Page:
...And Ask For Favors
What's your pleasure, mama? Is it foot rubs? Massages? Ask, and ye shall receive.
For the life of me, I can't figure out how to French braid. The tweens on YouTube aren't any help, but I love how clean and tight it feels. As a kid, I used to beg my sister to braid my hair. While I was in labor she automatically complied with my request, and braided my hair like a boss.
You Can Watch Bad TV
I have a serious addiction to criminal procedural television shows. Benson and Stabler are my lifeblood. It's a problem. My husband can't watch them without commenting on my ridiculously willful suspension of disbelief (or the fact that he could "write this crap"). While I labored at home, however, he kept his distance and his mouth shut as I contentedly binged Castle and Criminal Minds.
You Can Really Stick It To Telemarketers
I think the best story from my labor is that as we were parking the car at the hospital, I got a call on my cell from a telemarketer asking me to participate in a survey. "I'm in labor," I replied. You know how they can sometimes be assholes when you say no? I was offered the best of luck and congratulations and a promise not to be bothered.
You Can Play The Sympathy Card
In my opinion, labor is one of a few times when it's totally acceptable to feel sorry for yourself. The people surrounding you, from medical staff to family and friends, are likely to be sympathetic, too. If you need your brow gently wiped or some words of encouragement, you've earned that right, sister. In the midst of my own pushing pity party, I announced, "I can't do it!" My husband squeezed my hand harder and everyone told me, "Yes, you can!"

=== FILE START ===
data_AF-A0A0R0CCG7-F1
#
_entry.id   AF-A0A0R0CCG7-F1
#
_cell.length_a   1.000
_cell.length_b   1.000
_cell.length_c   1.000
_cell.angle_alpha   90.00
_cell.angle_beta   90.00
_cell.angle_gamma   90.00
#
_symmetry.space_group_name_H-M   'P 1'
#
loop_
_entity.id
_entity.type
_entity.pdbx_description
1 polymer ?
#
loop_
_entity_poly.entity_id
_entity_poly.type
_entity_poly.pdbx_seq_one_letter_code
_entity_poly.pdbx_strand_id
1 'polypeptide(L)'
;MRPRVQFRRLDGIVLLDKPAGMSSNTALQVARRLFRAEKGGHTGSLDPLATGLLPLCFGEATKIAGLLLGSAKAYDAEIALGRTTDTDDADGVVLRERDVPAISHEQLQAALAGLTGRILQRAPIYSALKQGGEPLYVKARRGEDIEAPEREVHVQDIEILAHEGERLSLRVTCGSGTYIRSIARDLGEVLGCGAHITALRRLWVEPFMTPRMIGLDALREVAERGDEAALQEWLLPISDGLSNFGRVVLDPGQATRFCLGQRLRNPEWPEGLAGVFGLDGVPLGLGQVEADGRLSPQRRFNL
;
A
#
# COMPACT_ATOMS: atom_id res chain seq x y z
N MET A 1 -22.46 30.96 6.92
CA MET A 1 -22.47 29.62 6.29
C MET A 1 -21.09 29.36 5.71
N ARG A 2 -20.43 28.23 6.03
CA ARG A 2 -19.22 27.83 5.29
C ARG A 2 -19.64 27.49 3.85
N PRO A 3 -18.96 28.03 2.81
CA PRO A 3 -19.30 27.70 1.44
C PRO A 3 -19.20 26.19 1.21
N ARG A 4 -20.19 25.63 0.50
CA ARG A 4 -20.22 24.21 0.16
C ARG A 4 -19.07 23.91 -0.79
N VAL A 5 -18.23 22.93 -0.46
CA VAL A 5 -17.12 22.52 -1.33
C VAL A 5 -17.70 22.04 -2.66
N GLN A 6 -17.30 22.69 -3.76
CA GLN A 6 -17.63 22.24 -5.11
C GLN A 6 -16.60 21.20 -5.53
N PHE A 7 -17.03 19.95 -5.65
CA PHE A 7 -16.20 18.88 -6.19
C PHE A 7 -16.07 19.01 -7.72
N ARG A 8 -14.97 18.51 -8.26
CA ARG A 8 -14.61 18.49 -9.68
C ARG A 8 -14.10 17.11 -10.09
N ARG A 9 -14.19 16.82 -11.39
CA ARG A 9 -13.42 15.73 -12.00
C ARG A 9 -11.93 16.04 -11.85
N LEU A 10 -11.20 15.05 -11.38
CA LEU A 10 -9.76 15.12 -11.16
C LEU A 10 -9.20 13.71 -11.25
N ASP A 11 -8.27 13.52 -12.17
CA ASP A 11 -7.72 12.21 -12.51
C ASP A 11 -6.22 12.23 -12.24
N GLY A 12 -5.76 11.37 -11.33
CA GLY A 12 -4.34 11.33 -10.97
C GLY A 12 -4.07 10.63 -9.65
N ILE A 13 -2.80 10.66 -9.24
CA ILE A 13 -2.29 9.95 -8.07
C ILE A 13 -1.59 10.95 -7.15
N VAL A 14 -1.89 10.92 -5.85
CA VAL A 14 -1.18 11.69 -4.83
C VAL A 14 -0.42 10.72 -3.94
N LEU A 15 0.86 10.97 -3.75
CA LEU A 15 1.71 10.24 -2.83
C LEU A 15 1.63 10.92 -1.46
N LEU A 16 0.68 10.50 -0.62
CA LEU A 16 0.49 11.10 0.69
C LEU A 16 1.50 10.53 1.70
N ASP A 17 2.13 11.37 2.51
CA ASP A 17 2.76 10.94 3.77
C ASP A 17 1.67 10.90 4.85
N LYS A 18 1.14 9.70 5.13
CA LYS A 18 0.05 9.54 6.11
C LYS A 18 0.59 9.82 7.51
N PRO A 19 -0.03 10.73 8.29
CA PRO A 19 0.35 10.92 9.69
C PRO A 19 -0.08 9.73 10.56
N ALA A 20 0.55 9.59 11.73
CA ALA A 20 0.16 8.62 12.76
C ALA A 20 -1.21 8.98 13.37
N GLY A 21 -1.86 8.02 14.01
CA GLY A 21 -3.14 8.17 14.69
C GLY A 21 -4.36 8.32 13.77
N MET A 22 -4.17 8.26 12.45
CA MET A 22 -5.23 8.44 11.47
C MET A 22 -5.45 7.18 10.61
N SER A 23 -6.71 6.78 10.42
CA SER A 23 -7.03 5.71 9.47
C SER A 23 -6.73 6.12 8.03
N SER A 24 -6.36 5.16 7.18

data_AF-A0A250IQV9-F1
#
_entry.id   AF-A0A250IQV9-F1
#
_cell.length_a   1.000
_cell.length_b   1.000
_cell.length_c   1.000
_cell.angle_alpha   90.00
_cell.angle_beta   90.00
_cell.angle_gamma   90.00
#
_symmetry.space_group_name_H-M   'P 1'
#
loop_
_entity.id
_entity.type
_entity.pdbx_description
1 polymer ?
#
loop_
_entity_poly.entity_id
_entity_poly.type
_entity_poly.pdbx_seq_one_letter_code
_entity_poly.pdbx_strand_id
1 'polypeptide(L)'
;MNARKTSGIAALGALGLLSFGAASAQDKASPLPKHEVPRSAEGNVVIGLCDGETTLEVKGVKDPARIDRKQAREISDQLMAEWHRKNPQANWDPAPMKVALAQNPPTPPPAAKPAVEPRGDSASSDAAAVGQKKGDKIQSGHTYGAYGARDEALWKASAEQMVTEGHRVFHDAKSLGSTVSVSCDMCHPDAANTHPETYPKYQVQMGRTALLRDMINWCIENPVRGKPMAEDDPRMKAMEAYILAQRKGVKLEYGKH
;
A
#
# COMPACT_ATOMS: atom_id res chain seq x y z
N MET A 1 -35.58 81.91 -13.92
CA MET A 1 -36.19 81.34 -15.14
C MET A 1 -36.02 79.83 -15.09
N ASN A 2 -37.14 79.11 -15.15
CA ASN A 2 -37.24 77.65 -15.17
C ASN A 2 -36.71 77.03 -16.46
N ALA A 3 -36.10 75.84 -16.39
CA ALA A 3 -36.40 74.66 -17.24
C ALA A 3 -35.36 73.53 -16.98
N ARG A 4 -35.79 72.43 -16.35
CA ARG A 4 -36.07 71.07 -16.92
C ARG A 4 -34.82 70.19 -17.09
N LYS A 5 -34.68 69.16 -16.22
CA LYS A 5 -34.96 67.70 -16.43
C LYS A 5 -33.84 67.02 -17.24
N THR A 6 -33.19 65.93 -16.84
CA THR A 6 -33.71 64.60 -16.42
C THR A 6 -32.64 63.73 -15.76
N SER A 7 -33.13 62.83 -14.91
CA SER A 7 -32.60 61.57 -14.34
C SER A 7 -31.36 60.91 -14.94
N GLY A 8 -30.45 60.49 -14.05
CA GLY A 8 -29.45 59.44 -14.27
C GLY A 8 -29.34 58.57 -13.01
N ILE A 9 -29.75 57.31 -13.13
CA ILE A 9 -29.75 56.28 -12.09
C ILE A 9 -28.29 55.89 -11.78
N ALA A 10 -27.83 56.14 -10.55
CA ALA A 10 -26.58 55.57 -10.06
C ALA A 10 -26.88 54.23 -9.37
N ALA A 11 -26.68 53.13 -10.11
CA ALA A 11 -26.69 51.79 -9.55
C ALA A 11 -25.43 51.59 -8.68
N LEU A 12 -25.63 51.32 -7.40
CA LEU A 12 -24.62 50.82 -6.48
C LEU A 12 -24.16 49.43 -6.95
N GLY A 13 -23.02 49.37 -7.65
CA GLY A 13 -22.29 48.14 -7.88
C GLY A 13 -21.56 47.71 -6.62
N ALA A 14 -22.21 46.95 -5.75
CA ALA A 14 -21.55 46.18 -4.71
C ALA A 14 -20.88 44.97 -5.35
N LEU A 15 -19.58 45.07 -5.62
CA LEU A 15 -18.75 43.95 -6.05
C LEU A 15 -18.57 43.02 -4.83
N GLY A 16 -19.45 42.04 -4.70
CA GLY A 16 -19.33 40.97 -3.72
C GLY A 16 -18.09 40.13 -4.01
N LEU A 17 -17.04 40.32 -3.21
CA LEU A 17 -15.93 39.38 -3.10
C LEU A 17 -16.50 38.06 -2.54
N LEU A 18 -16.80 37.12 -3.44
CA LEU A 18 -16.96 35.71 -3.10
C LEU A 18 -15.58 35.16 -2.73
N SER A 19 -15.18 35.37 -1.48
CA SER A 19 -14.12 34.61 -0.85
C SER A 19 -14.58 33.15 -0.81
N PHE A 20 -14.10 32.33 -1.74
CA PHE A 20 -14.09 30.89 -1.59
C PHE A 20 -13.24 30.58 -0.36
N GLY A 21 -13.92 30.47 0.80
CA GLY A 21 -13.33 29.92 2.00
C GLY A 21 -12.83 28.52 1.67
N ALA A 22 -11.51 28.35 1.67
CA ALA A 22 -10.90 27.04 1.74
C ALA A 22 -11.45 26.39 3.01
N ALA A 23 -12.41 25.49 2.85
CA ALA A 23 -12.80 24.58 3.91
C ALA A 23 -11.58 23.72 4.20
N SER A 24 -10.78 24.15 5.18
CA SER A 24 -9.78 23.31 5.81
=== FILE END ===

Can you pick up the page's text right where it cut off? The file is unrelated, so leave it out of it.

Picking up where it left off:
No One Cares If You Poop
I'm trying to think of another situation in which it is socially acceptable to poop in front of others, but I've got nothing. Pushing honestly feels like having the bowel movement to end all bowel movements, so it's not surprising that many women poop on the table. You know what? No one cares. In fact, the nurse will probably clean it up without saying anything, and you'll be none the wiser.
You Can Request Drugs
If the contractions are getting too intense, you are well within your rights to request some medication for pain management. We don't always get to be the ones who decide when we need an assist, but this is one decision that's under your control. You certainly don't have to, but sometimes it helps just to know it's an option.
You Can Say Truly Crazy Things
When my mom had my brother, she turned to my dad and said, "Honey, go buy some shoes for our son." Dad assured her he would. You know, because of all the walking newborns do. A dear friend of mine was talking about twice-baked chocolate crossaints, as her placenta was being delivered. I'm not saying your family won't make fun of you later, but in the moment you are absolutely excused for whatever craziness escapes your lips.